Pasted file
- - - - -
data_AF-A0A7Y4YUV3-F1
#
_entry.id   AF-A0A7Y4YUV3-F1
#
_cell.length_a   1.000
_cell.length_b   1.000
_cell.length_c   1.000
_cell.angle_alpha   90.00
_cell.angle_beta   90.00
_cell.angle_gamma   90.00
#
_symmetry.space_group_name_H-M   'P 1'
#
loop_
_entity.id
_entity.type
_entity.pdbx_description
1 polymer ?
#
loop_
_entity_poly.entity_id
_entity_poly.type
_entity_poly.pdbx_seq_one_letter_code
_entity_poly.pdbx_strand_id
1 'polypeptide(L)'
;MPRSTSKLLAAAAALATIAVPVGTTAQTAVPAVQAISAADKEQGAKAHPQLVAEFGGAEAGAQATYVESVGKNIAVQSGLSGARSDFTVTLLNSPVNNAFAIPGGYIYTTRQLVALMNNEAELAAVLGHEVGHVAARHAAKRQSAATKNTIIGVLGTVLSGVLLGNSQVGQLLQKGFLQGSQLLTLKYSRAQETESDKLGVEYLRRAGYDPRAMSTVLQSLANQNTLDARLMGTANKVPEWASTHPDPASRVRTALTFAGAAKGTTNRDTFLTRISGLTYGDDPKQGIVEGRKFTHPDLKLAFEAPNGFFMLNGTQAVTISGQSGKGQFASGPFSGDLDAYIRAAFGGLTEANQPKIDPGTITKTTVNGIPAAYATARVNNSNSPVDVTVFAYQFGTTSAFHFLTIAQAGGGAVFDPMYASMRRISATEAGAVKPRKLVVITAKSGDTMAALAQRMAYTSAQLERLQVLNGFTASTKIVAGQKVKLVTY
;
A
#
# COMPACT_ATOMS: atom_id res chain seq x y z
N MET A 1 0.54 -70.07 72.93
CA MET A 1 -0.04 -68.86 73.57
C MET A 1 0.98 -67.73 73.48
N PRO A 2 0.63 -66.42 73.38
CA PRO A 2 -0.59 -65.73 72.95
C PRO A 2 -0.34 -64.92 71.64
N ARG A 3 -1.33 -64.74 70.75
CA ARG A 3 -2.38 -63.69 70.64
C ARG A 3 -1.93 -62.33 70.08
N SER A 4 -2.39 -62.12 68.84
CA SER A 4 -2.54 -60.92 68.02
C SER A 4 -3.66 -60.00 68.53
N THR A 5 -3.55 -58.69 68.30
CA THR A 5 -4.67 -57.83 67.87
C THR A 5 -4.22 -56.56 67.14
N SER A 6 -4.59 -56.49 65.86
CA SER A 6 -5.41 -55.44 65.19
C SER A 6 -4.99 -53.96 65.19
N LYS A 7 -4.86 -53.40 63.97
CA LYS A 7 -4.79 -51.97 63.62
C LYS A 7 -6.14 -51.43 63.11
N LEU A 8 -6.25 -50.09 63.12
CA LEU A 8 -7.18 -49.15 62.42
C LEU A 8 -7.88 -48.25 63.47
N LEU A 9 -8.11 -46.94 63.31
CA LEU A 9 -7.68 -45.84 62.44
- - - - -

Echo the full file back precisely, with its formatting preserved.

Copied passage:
data_AF-A0A7Y4YUV3-F1
#
_entry.id   AF-A0A7Y4YUV3-F1
#
_cell.length_a   1.000
_cell.length_b   1.000
_cell.length_c   1.000
_cell.angle_alpha   90.00
_cell.angle_beta   90.00
_cell.angle_gamma   90.00
#
_symmetry.space_group_name_H-M   'P 1'
#
loop_
_entity.id
_entity.type
_entity.pdbx_description
1 polymer ?
#
loop_
_entity_poly.entity_id
_entity_poly.type
_entity_poly.pdbx_seq_one_letter_code
_entity_poly.pdbx_strand_id
1 'polypeptide(L)'
;MPRSTSKLLAAAAALATIAVPVGTTAQTAVPAVQAISAADKEQGAKAHPQLVAEFGGAEAGAQATYVESVGKNIAVQSGLSGARSDFTVTLLNSPVNNAFAIPGGYIYTTRQLVALMNNEAELAAVLGHEVGHVAARHAAKRQSAATKNTIIGVLGTVLSGVLLGNSQVGQLLQKGFLQGSQLLTLKYSRAQETESDKLGVEYLRRAGYDPRAMSTVLQSLANQNTLDARLMGTANKVPEWASTHPDPASRVRTALTFAGAAKGTTNRDTFLTRISGLTYGDDPKQGIVEGRKFTHPDLKLAFEAPNGFFMLNGTQAVTISGQSGKGQFASGPFSGDLDAYIRAAFGGLTEANQPKIDPGTITKTTVNGIPAAYATARVNNSNSPVDVTVFAYQFGTTSAFHFLTIAQAGGGAVFDPMYASMRRISATEAGAVKPRKLVVITAKSGDTMAALAQRMAYTSAQLERLQVLNGFTASTKIVAGQKVKLVTY
;
A
#
# COMPACT_ATOMS: atom_id res chain seq x y z
N MET A 1 0.54 -70.07 72.93
CA MET A 1 -0.04 -68.86 73.57
C MET A 1 0.98 -67.73 73.48
N PRO A 2 0.63 -66.42 73.38
CA PRO A 2 -0.59 -65.73 72.95
C PRO A 2 -0.34 -64.92 71.64
N ARG A 3 -1.33 -64.74 70.75
CA ARG A 3 -2.38 -63.69 70.64
C ARG A 3 -1.93 -62.33 70.08
N SER A 4 -2.39 -62.12 68.84
CA SER A 4 -2.54 -60.92 68.02
C SER A 4 -3.66 -60.00 68.53
N THR A 5 -3.55 -58.69 68.30
CA THR A 5 -4.67 -57.83 67.87
C THR A 5 -4.22 -56.56 67.14
N SER A 6 -4.59 -56.49 65.86
CA SER A 6 -5.41 -55.44 65.19
C SER A 6 -4.99 -53.96 65.19
N LYS A 7 -4.86 -53.40 63.97
CA LYS A 7 -4.79 -51.97 63.62
C LYS A 7 -6.14 -51.43 63.11
N LEU A 8 -6.25 -50.09 63.12
CA LEU A 8 -7.18 -49.15 62.42
C LEU A 8 -7.88 -48.25 63.47
N LEU A 9 -8.11 -46.94 63.31
CA LEU A 9 -7.68 -45.84 62.44